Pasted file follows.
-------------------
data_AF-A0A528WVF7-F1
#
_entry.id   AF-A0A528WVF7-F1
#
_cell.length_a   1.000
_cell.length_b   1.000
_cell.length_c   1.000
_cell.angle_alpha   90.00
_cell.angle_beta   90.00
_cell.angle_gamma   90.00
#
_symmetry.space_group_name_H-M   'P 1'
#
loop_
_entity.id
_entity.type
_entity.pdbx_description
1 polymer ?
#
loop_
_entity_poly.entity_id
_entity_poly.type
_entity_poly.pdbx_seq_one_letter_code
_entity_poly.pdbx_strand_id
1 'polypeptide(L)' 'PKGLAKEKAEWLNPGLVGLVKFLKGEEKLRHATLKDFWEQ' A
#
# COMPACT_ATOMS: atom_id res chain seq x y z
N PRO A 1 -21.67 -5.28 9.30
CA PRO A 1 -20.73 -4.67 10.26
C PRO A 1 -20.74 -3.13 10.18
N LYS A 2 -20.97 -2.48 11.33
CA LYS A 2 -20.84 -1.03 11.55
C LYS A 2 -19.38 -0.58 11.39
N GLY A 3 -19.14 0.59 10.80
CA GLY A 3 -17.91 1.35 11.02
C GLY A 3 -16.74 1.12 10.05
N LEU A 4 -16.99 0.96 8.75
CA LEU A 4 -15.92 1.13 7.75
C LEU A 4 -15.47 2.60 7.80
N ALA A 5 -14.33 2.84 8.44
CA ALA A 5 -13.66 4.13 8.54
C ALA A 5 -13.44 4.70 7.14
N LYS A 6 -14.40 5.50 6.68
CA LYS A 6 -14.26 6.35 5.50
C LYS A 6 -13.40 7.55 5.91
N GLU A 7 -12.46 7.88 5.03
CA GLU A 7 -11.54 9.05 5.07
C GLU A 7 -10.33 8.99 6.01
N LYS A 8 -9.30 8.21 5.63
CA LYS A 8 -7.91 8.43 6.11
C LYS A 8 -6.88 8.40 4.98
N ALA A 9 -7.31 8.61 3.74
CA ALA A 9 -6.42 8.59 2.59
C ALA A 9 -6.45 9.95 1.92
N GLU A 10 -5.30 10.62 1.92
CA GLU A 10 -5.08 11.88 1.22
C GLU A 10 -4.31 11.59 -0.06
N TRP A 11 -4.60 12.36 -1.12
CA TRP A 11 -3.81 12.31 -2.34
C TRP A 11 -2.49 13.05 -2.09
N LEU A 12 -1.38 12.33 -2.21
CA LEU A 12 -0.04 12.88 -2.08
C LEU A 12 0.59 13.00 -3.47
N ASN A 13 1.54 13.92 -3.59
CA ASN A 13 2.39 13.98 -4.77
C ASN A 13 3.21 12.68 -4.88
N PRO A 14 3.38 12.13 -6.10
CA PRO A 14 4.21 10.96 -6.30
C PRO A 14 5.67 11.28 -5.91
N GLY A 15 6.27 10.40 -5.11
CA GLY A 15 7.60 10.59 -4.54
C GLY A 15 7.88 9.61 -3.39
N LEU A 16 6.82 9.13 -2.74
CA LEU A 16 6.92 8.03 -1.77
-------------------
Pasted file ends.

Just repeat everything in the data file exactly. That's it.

data_AF-A0A528WVF7-F1
#
_entry.id   AF-A0A528WVF7-F1
#
_cell.length_a   1.000
_cell.length_b   1.000
_cell.length_c   1.000
_cell.angle_alpha   90.00
_cell.angle_beta   90.00
_cell.angle_gamma   90.00
#
_symmetry.space_group_name_H-M   'P 1'
#
loop_
_entity.id
_entity.type
_entity.pdbx_description
1 polymer ?
#
loop_
_entity_poly.entity_id
_entity_poly.type
_entity_poly.pdbx_seq_one_letter_code
_entity_poly.pdbx_strand_id
1 'polypeptide(L)' 'PKGLAKEKAEWLNPGLVGLVKFLKGEEKLRHATLKDFWEQ' A
#
# COMPACT_ATOMS: atom_id res chain seq x y z
N PRO A 1 -21.67 -5.28 9.30
CA PRO A 1 -20.73 -4.67 10.26
C PRO A 1 -20.74 -3.13 10.18
N LYS A 2 -20.97 -2.48 11.33
CA LYS A 2 -20.84 -1.03 11.55
C LYS A 2 -19.38 -0.58 11.39
N GLY A 3 -19.14 0.59 10.80
CA GLY A 3 -17.91 1.35 11.02
C GLY A 3 -16.74 1.12 10.05
N LEU A 4 -16.99 0.96 8.75
CA LEU A 4 -15.92 1.13 7.75
C LEU A 4 -15.47 2.60 7.80
N ALA A 5 -14.33 2.84 8.44
CA ALA A 5 -13.66 4.13 8.54
C ALA A 5 -13.44 4.70 7.14
N LYS A 6 -14.40 5.50 6.68
CA LYS A 6 -14.26 6.35 5.50
C LYS A 6 -13.40 7.55 5.91
N GLU A 7 -12.46 7.88 5.03
CA GLU A 7 -11.54 9.05 5.07
C GLU A 7 -10.33 8.99 6.01
N LYS A 8 -9.30 8.21 5.63
CA LYS A 8 -7.91 8.43 6.11
C LYS A 8 -6.88 8.40 4.98
N ALA A 9 -7.31 8.61 3.74
CA ALA A 9 -6.42 8.59 2.59
C ALA A 9 -6.45 9.95 1.92
N GLU A 10 -5.30 10.62 1.92
CA GLU A 10 -5.08 11.88 1.22
C GLU A 10 -4.31 11.59 -0.06
N TRP A 11 -4.60 12.36 -1.12
CA TRP A 11 -3.81 12.31 -2.34
C TRP A 11 -2.49 13.05 -2.09
N LEU A 12 -1.38 12.33 -2.21
CA LEU A 12 -0.04 12.88 -2.08
C LEU A 12 0.59 13.00 -3.47
N ASN A 13 1.54 13.92 -3.59
CA ASN A 13 2.39 13.98 -4.77
C ASN A 13 3.21 12.68 -4.88
N PRO A 14 3.38 12.13 -6.10
CA PRO A 14 4.21 10.96 -6.30
C PRO A 14 5.67 11.28 -5.91
N GLY A 15 6.27 10.40 -5.11
CA GLY A 15 7.60 10.59 -4.54
C GLY A 15 7.88 9.61 -3.39
N LEU A 16 6.82 9.13 -2.74
CA LEU A 16 6.92 8.03 -1.77